02.15.11

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When Windows Kills

Posted in Australia, Microsoft, Security, Windows at 12:51 pm by Dr. Roy Schestowitz

Ambulance

Summary: Australian emergency services had their own emergency (a downtime of over a day) due to Windows viruses; a lot more evidence from the news shows the uniqueness of Windows as far as insecurity goes

OVER the years we have gathered examples where Microsoft’s shoddy security cost lives, e.g. [1, 2, 3]. At one point we called it “Death by Microsoft Windows” and it appears to be happening again in Australia, whose government has shared a bed with Microsoft for many years (the OOXML fiasco is an example of that, but it is a month old by now [1, 2, 3, 4, 5]). According to IDG:

Computers which co-ordinate NSW’s ambulances are back online in three of the state’s regions after a major virus forced staff to shut them down for more than 24 hours.

The virus crept into the Ambulance Service of NSW’s dispatch system at 1pm (AEDT) on Saturday, prompting staff to co-ordinate paramedics by telephone and handwritten notes.

“Major virus,” eh? What do they mean by “major”? Viruses in this context are not physical beings. Surely a better term would be “Windows virus,” not “major virus,” right? “Windows, presumably,” writes Glyn Moody, “is this so wise when lives depend on it?”

The EFF points out that, based on Bruce Schneier’s analysis, the Microsoft updates are a potential flaw and there is a mention of “SCADA” too (covered in [1, 2, 3, 4, 5]).

We know the market pressure approach can work. Once Microsoft saw that the market would (at least threaten to) make purchasing decisions on the basis of security, we suddenly got the Secure Windows Initiative and Trustworthy Computing. A key security technique is keeping the heat on vendors.

There is also an operational problem. To get a handle on the state of security of important infrastructure, try a Google search for [ scada security ]. It turns up alarming reports of basic security problems in some of our nation’s most important systems. (“SCADA” stands for “supervisory control and data acquisition”, and is used generally to refer to industrial control systems for things like water purification, electricity, manufacturing, and so on.)

Somewhat related to this is the shocking news that the very notorious HBGary created Windows rootkits like “MAGENTA”, based on some new leaks:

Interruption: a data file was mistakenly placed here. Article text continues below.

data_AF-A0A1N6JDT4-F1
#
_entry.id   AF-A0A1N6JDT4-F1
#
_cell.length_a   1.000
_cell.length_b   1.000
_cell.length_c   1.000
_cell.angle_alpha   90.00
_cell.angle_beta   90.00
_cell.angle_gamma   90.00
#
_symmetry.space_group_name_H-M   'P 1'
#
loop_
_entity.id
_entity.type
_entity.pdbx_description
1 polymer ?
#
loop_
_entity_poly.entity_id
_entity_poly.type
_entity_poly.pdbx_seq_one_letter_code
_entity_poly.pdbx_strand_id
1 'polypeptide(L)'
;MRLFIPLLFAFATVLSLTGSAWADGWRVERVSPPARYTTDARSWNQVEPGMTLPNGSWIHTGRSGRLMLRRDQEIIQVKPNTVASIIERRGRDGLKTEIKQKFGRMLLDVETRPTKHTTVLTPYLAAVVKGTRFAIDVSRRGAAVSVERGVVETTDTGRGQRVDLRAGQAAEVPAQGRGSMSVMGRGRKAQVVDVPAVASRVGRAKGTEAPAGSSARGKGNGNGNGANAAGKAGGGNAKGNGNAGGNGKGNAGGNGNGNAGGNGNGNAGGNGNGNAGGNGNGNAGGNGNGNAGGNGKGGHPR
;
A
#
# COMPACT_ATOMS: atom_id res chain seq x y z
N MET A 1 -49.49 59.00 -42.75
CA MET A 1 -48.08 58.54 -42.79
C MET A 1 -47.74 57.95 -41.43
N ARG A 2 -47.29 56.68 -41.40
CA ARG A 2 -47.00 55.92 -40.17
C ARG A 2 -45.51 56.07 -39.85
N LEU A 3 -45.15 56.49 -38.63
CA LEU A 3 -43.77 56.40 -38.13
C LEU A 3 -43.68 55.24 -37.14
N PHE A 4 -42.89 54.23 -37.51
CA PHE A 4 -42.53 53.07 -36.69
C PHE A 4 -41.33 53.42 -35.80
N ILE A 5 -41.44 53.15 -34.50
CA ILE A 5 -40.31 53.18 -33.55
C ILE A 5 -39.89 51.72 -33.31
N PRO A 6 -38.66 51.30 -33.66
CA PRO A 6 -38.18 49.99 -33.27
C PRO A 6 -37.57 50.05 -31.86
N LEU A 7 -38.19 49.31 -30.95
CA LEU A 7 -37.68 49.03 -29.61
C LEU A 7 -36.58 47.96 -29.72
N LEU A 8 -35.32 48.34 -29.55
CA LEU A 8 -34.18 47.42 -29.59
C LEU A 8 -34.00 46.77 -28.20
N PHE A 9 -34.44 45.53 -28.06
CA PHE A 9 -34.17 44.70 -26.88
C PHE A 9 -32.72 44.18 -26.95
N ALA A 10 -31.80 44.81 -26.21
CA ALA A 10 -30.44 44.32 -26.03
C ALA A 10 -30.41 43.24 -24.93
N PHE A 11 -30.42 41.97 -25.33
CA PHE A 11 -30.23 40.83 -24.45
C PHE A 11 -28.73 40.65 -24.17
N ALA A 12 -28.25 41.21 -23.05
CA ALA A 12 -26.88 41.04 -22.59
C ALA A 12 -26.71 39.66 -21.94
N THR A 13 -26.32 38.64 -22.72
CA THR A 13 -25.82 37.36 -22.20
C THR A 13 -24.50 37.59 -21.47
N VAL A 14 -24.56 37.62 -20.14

In the new emails released by Anonymous we discover that HBGary Inc. may have been working on the development of a new type of Windows rootkit that was undetectable and almost impossible to remove.

There is also more about Stuxnet, which we last mentioned last night.

The Stuxnet worm repeatedly attacked five industrial plants inside Iran over a 10-month period, according to new data collected by researchers from antivirus firm Symantec.

Three of the undisclosed organizations were targeted once, one was hit twice and one was targeted three times, members of Symantec’s Security Response Team wrote in the report (PDF), which updates findings first released in September. The attacks took place in 12,000 separate infections in 2009 and 2010 and weren’t discovered until July.

Also in the news right now:

A report issued today warns IT professionals that cybercriminals are changing their tactics and, as a result, predicts there will be fresh banking trojans arriving in the wild.

The bi-annual report from M86 Security says that IT managers need to redouble their efforts to patch their IT systems, as next-generation malware is now on the way.

These new types of malware, says the company behind the report, are likely to include application code that takes advantage of social networking service users.

Notice the avoidance of words like “Microsoft” and “Windows”. It suits them well, it does not inform the readers though. Microsoft is one of the major causes of SPAM, owing to the number of botnets that get created by capitalising on Microsoft flaws. Nonetheless, the culprit from Redmond does some new marketing around E-mail ‘surveys’ that are probably intended to exploit Valentine’s Day. Business as usual, right?

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